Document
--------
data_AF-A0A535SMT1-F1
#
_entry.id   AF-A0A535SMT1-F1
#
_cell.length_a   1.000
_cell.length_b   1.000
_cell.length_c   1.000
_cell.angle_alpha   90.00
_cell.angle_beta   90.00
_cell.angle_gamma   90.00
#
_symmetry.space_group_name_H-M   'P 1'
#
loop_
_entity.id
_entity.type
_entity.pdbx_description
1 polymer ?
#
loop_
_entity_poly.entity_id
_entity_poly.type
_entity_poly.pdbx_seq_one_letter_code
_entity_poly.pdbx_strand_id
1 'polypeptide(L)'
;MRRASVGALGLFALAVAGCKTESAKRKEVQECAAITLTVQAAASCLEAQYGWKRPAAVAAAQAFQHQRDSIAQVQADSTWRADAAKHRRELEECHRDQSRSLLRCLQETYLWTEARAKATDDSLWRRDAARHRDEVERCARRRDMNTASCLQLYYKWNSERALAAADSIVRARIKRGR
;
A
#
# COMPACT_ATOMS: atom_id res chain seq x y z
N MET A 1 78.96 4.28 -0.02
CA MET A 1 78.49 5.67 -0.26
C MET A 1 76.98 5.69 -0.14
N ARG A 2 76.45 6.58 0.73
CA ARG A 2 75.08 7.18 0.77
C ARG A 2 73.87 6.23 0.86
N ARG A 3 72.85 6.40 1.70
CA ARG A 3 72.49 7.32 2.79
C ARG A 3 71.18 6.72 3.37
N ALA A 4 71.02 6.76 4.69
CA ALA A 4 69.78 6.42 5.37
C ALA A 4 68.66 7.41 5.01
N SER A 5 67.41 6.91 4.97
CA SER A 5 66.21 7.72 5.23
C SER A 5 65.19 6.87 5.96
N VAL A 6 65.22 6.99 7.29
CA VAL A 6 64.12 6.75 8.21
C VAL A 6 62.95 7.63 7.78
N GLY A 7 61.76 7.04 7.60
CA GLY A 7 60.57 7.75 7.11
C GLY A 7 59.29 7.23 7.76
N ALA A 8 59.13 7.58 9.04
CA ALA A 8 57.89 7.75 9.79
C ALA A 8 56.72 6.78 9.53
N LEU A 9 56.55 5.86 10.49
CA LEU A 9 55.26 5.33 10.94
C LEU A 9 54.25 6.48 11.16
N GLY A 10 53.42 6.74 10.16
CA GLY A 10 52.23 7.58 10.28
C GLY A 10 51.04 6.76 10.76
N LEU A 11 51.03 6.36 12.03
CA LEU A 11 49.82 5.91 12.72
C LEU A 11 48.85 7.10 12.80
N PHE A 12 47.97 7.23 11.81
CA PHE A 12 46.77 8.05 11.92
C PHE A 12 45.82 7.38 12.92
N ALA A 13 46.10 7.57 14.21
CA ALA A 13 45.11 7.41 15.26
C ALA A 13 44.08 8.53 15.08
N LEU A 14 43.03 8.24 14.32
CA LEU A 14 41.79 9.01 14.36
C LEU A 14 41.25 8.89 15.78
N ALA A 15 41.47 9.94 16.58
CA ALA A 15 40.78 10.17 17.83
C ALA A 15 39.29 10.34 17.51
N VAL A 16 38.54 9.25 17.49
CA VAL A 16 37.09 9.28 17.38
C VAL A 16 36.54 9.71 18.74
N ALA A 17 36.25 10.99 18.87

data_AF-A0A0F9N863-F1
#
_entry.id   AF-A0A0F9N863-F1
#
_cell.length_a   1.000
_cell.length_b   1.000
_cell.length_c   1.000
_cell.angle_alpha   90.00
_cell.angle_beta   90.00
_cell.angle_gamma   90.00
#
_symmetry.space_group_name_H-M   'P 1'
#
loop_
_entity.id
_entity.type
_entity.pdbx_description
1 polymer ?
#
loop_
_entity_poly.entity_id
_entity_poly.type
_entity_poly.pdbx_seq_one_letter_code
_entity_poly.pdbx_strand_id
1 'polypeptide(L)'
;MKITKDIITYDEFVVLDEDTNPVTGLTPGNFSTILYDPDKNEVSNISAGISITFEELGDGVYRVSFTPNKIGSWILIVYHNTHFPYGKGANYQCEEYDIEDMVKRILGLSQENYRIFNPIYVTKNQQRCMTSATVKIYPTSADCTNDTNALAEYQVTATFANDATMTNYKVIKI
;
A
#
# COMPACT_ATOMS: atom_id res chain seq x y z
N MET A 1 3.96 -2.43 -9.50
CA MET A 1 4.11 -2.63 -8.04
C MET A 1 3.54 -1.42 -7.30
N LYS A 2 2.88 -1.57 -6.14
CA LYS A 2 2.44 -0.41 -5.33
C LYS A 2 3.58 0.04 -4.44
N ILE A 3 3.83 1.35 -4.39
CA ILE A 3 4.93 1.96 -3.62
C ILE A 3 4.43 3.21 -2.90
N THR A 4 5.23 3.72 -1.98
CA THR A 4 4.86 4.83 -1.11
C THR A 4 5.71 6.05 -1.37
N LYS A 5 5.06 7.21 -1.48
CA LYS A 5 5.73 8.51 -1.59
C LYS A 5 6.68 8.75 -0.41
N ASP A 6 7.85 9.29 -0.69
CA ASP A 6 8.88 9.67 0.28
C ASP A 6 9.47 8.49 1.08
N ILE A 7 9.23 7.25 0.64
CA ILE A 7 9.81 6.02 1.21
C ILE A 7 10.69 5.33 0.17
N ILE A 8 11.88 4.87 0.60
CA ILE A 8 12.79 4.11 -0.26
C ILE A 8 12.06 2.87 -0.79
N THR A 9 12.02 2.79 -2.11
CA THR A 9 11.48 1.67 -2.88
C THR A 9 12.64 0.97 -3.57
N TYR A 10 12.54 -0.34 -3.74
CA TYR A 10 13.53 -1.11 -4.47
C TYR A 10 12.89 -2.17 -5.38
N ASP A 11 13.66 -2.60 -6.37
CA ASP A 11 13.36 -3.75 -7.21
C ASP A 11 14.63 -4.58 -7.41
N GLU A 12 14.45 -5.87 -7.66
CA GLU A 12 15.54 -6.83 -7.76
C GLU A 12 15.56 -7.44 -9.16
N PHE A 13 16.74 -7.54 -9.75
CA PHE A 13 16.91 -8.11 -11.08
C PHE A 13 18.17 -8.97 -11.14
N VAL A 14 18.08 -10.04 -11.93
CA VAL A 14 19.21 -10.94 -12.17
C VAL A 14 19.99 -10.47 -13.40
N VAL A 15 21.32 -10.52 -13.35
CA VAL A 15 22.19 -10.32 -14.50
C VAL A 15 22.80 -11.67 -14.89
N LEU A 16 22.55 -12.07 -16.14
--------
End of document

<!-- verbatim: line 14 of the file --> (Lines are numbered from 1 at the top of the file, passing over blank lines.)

loop_